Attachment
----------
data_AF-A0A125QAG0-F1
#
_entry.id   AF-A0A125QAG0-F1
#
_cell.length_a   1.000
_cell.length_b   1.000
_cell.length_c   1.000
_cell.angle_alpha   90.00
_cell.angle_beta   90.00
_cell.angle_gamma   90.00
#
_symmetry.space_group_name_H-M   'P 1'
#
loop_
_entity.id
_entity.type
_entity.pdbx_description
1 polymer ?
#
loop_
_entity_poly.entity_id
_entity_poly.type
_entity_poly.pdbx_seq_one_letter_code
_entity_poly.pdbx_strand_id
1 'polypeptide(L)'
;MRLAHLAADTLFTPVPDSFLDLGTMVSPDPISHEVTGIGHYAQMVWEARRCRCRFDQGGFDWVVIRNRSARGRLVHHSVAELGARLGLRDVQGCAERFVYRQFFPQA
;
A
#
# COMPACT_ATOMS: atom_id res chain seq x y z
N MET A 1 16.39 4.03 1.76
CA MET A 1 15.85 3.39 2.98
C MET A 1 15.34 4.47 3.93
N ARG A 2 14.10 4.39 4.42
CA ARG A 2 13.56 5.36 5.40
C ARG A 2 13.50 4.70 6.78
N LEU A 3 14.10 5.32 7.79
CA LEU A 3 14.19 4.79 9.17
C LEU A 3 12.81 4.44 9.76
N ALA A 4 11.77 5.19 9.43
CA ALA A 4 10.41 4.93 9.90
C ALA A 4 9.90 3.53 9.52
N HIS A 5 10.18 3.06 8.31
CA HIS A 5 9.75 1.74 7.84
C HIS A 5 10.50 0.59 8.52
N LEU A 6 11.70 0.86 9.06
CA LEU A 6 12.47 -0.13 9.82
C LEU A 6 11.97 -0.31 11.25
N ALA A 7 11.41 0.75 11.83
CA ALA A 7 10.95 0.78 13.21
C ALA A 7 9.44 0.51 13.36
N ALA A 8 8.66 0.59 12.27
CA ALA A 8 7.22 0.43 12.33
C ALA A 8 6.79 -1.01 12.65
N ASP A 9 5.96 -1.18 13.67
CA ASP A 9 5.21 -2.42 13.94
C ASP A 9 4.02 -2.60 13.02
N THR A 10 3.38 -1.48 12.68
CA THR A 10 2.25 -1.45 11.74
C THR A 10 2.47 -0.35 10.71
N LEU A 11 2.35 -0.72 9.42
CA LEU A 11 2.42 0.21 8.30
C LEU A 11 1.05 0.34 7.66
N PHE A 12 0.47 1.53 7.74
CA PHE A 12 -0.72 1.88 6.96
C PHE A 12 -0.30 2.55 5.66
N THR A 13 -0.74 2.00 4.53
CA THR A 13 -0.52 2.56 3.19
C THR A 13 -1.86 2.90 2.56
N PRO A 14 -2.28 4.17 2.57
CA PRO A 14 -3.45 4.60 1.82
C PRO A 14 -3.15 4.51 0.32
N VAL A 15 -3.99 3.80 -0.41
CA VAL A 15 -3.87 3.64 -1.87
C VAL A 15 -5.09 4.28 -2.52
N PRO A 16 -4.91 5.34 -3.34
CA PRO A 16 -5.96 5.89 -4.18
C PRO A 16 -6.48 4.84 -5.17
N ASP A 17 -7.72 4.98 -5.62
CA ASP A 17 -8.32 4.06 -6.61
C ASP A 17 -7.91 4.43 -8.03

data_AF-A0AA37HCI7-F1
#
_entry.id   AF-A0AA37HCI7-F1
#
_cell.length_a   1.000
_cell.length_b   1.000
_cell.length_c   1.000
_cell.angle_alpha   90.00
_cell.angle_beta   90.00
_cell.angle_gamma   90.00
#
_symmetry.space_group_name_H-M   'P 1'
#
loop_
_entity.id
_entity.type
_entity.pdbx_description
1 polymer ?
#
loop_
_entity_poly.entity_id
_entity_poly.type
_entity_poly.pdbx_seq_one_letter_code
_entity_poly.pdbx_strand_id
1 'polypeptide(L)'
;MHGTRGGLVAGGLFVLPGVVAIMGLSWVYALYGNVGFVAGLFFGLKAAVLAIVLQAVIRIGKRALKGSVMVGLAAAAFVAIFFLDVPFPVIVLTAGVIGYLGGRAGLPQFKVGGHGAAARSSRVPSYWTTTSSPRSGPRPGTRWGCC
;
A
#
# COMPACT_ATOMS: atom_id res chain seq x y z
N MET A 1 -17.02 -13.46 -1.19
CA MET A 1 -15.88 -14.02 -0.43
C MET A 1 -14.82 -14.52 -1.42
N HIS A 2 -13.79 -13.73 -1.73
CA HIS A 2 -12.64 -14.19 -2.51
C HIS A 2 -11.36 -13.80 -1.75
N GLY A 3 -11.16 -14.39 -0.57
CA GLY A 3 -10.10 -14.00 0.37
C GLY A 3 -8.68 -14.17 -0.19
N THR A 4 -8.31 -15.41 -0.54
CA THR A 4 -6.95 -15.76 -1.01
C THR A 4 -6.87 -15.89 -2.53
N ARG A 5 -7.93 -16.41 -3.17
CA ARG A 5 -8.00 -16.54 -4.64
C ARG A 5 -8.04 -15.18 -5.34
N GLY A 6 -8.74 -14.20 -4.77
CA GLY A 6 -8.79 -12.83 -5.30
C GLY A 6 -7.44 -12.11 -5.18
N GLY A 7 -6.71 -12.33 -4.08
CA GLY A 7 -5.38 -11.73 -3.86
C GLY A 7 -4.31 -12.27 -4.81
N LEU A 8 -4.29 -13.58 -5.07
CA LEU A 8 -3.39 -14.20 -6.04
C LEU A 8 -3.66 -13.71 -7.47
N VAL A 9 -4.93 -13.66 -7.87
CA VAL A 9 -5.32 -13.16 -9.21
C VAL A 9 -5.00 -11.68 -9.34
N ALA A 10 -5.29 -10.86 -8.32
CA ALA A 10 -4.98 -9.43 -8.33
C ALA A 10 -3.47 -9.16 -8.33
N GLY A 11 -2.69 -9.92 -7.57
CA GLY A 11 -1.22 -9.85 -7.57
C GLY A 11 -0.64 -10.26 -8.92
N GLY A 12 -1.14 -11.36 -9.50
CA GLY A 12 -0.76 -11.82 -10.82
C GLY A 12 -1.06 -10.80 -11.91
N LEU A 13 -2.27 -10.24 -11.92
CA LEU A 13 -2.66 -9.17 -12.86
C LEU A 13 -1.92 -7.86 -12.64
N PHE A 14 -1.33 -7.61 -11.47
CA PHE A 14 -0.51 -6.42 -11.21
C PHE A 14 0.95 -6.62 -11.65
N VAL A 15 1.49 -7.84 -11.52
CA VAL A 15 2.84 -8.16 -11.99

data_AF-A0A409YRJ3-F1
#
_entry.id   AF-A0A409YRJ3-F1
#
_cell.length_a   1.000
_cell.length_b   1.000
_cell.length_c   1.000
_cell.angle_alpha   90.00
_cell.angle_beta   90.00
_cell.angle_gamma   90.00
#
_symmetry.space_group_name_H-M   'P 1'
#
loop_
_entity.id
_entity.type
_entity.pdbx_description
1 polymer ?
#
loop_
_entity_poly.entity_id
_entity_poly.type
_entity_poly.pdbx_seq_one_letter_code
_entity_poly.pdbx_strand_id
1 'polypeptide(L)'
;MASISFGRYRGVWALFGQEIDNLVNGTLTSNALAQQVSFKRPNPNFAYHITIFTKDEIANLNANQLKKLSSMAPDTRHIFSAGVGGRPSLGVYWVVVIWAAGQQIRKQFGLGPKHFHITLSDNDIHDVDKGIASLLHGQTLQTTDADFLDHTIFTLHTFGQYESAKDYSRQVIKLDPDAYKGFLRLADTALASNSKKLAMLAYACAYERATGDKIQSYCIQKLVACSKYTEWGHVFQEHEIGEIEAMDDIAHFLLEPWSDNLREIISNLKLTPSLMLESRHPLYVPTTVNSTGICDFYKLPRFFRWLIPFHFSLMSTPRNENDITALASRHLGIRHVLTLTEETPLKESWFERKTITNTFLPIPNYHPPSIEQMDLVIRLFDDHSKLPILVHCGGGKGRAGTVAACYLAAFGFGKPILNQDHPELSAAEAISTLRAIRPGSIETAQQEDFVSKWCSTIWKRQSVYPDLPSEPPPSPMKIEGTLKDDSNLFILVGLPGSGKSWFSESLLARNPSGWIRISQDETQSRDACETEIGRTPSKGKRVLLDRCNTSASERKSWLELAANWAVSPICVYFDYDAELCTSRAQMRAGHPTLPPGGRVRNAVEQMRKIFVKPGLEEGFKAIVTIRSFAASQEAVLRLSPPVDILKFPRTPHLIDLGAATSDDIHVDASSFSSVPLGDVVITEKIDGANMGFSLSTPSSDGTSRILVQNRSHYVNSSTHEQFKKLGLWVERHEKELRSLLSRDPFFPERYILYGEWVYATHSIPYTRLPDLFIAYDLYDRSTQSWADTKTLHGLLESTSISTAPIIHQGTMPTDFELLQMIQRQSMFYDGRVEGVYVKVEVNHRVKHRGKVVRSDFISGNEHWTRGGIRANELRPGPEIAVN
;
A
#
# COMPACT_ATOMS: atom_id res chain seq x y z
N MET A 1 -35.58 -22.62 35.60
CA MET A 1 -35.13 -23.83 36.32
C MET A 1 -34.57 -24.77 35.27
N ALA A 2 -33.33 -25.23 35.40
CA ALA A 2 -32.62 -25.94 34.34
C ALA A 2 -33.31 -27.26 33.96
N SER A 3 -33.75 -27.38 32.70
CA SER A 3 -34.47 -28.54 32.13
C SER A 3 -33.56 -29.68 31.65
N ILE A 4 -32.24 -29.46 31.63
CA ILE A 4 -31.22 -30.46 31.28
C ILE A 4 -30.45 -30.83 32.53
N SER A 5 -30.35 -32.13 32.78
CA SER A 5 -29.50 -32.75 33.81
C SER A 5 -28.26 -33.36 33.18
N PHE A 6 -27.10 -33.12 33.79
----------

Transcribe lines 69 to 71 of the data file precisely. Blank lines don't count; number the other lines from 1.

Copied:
C THR A 13 -1.86 2.90 2.56
N PRO A 14 -2.28 4.17 2.57
CA PRO A 14 -3.45 4.60 1.82